|Image City Photography Gallery Newsletter |
|Issue: # 63||January 12, 2013|
We publish our brief Newsletter during each of our exhibits to pass along information and reviews of the exhibit, photographic tips, selected images and news of other participation opportunities at Image City. We thank you for your interest and we look forward to another great year of fine photographs and events. We hope to see you at each of our 13 shows in 2013.
The Magic of Light 2013
Current Show Runs Through Sunday, January 20
Image City Photography Gallery's current exhibit is our our sixth annual juried theme show, The Magic of Light. More than 170 photographs by 83 photograhers were selected from the numerous entries. Jim Patton and David Perlman are featured with a vibrant exhibit in the East Gallery. We have had numerous comments praising the talented photographers -- "Wow!", "Love it!!", "Beautiful!", "Great Show!", "As always, so glad we came to see the show!." Gil Maker, Chairman of the Exhibit, has observed that "The juried show just keeps getting better and better. We have photographers entering from Michigan, the Adirondacks and the Hudson Valley as well as the local and Finger Lakes region. We have a great mix of returning photographers who have been in previous exhibits as well as many joining us for the first time. We appreciate the support given to the Gallery by the photographers as well as the huge number of visitors during the show. We are very pleased at how it all came together."
For the first time we selected three of our favorite photographs from the juried exhibit for a Gallery Award. The designation brought a blue ribbon and a cash award. The three winners were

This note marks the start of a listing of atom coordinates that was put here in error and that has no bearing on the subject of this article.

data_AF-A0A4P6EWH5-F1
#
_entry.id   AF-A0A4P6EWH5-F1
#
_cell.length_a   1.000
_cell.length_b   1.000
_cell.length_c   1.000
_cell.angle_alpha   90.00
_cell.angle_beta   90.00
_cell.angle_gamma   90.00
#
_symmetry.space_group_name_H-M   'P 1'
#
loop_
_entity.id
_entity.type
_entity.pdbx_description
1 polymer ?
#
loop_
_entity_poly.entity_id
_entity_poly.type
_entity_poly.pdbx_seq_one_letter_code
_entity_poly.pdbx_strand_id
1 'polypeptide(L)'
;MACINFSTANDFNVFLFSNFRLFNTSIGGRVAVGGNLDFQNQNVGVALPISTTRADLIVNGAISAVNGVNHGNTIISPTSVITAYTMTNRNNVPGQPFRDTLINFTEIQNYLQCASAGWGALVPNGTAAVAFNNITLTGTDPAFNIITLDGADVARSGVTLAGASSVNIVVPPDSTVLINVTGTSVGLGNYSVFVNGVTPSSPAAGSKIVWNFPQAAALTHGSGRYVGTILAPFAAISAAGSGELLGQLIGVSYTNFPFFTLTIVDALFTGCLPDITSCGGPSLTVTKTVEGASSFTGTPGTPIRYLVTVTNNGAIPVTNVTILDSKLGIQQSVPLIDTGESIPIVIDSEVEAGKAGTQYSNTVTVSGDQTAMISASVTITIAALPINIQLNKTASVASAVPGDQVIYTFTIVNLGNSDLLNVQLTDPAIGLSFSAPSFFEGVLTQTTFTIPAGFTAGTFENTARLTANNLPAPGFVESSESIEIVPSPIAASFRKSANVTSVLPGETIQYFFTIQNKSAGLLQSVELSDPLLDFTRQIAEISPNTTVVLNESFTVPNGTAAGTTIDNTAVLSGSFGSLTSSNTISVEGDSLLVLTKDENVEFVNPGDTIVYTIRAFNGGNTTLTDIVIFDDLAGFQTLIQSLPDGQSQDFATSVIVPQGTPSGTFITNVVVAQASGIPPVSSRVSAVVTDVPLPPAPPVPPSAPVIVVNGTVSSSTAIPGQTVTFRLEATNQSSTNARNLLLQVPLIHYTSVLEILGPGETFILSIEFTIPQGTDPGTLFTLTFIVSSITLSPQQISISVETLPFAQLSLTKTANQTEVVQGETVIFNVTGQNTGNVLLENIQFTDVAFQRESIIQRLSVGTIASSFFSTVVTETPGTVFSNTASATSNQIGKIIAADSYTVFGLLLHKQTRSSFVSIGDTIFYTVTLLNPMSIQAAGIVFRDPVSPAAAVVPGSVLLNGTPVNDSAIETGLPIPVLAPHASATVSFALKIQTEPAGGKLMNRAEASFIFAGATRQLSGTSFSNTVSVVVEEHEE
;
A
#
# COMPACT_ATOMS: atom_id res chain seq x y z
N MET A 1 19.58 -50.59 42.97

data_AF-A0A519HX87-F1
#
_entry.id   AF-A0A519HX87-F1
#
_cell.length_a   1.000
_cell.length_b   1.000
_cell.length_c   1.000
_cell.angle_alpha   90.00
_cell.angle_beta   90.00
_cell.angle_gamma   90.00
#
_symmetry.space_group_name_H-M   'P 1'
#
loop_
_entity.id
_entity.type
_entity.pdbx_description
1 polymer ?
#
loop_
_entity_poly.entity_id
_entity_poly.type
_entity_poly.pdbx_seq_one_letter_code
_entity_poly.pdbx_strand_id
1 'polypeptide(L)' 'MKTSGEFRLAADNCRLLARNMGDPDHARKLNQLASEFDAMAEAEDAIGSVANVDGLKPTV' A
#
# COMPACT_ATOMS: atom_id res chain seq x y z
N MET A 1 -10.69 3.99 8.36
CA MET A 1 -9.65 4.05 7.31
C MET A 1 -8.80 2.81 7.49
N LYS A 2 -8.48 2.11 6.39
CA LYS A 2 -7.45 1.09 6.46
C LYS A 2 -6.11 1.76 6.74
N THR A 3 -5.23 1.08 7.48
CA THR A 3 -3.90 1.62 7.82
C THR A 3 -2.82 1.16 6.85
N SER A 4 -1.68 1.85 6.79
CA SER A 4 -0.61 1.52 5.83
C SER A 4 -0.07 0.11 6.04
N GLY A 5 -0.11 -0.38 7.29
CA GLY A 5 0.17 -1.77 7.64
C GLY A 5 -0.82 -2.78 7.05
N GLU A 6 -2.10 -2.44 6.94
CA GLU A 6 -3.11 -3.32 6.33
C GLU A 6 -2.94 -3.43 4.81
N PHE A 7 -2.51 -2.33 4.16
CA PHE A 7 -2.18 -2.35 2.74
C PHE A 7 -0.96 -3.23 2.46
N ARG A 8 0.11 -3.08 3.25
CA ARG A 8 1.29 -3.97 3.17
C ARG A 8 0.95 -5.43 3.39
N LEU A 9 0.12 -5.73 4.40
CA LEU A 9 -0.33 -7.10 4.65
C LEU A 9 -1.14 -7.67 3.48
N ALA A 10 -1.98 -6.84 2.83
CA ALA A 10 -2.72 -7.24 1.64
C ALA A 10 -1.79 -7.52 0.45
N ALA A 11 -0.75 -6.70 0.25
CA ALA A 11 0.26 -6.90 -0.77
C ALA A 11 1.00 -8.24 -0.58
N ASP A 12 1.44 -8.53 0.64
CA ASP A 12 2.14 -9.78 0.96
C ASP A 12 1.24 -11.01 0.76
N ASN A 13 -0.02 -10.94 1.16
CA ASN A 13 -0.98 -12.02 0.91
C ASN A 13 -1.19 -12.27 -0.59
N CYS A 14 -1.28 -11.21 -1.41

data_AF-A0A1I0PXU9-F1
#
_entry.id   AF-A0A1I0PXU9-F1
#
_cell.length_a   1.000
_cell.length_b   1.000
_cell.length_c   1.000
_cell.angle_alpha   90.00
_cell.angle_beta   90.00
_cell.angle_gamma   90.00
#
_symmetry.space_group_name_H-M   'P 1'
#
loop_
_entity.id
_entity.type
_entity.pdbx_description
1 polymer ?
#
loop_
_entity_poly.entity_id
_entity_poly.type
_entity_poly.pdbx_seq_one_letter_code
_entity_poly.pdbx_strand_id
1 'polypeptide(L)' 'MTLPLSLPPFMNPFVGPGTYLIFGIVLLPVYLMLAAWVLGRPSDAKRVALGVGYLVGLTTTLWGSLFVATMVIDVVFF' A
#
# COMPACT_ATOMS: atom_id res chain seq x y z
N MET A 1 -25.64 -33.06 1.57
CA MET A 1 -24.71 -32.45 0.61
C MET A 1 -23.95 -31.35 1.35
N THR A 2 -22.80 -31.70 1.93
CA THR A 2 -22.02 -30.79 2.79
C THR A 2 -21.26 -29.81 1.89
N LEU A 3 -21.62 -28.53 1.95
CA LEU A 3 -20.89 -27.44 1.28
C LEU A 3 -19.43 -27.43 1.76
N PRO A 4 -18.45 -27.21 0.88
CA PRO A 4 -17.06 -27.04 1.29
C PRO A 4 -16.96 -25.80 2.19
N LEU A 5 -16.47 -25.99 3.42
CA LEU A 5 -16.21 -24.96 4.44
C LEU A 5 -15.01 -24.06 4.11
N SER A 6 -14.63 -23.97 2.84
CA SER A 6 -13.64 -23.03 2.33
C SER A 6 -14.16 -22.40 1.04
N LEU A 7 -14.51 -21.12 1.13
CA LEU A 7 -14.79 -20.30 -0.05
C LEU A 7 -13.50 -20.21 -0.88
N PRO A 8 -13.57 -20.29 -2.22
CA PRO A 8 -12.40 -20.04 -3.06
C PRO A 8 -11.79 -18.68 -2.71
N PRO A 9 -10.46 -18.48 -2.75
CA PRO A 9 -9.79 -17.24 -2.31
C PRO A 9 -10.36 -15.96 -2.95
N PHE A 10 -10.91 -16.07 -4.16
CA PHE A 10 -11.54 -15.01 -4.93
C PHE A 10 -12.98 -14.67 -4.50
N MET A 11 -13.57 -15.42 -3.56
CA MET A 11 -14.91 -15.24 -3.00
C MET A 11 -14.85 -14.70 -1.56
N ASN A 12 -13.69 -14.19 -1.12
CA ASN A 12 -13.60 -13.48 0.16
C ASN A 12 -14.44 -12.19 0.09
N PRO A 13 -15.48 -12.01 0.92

Sunset Through the Front Door, by Bonnie Gamache. "This is a superb image which employs an abstract view of an everyday feature of a home...the front door. Strong upright elements tempered with water droplets enhance this wonderful composition. The use of muted, pastel colors make for a very inviting image. Without looking at the title the viewer is free to interpret the image in many different ways....the twin towers? light beams? This is the mark of a strong abstract image...beauty of color and composition coupled with a lack of clarity of what one is looking at....so that the mind is freed up to imagine. Once the title is read then the appreciation of how the subject was captured adds to the enjoyment in lookling at this image."
Peek-a-Boo, by Julie Jacobs. Strong vibrant colors and a whimsical frog make for this image's strong appeal. The composition makes the viewer move their eyes through the image until the frog is noticed and sets the focus. Autumnal colors of the Lilly pads make for a complement to the green patina of the frog. This happy photograph shows nature in a microcosmic manner....focusing on a small detail that could easily be overlooked during a casual walk by a stream.